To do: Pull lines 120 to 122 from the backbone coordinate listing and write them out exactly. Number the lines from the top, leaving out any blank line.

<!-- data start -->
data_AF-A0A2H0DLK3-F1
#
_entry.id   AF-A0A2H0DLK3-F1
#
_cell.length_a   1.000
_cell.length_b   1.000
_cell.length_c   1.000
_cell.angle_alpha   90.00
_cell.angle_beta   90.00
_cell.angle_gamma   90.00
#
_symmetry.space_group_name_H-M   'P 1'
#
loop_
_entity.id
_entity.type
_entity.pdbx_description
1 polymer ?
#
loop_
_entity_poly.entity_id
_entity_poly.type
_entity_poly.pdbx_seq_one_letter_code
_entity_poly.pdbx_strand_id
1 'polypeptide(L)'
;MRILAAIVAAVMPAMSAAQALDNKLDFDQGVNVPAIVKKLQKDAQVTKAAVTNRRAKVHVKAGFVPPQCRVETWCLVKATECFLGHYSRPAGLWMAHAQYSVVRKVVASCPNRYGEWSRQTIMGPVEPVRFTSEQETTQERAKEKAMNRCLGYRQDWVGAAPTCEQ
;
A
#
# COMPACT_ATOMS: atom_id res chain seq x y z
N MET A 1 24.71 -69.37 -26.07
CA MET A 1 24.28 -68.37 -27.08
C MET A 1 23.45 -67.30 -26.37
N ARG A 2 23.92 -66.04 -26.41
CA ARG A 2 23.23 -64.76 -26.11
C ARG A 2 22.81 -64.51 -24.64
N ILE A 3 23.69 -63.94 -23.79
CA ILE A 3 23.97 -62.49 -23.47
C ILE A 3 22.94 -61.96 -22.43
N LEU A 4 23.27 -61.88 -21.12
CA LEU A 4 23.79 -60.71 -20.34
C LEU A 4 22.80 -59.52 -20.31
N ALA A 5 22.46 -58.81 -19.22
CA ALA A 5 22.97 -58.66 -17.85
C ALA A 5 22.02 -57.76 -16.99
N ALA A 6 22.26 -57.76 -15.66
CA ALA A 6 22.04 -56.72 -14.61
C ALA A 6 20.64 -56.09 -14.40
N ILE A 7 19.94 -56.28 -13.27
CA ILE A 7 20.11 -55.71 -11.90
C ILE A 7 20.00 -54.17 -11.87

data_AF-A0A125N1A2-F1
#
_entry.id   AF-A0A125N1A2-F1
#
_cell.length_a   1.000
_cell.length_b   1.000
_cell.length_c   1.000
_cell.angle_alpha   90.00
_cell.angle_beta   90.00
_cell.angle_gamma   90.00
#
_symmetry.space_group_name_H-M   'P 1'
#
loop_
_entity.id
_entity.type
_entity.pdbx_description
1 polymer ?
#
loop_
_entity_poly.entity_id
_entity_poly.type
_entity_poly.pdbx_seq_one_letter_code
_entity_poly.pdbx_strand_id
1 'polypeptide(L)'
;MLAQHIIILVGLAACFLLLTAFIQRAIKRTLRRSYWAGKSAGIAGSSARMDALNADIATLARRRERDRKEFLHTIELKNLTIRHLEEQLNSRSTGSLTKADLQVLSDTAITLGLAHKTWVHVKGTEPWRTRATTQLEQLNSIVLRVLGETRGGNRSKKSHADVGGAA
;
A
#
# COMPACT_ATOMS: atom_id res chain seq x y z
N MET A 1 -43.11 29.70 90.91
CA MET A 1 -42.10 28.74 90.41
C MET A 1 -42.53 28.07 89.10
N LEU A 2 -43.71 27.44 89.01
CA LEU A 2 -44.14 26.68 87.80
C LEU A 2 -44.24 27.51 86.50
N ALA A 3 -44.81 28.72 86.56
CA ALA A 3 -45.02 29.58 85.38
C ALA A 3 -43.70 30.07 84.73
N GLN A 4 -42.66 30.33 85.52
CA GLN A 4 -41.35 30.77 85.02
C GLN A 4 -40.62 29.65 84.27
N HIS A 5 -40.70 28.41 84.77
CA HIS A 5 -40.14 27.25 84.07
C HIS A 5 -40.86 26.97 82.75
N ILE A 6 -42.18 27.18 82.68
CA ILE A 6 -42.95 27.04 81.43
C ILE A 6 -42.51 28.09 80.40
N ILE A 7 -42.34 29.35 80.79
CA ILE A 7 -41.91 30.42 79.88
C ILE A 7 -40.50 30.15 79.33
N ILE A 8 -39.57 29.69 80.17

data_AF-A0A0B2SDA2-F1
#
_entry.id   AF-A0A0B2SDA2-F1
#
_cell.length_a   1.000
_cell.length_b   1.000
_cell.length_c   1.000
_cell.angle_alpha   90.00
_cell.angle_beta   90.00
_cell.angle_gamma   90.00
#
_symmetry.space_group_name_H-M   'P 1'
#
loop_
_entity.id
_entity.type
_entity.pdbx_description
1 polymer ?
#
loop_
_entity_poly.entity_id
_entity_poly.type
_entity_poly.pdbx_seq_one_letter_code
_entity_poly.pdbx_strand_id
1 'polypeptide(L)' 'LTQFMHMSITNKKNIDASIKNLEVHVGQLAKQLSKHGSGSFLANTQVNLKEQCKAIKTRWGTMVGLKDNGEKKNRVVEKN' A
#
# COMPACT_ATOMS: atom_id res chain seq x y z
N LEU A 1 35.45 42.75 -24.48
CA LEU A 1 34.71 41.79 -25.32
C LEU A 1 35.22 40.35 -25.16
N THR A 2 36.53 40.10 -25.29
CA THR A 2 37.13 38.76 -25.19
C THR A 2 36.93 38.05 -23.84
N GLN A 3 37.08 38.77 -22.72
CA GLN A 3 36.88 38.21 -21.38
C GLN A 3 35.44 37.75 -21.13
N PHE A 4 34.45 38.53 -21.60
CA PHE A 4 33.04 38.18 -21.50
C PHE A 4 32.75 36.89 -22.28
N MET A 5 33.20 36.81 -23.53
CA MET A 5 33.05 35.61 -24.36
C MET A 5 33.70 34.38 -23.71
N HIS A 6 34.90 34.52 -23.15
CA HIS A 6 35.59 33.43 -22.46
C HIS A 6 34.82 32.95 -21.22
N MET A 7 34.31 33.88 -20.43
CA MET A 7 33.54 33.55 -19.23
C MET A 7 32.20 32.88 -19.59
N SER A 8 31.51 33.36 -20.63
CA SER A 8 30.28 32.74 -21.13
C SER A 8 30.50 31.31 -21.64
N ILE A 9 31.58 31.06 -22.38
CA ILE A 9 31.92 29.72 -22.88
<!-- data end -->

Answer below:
_entity.pdbx_description
1 polymer ?
#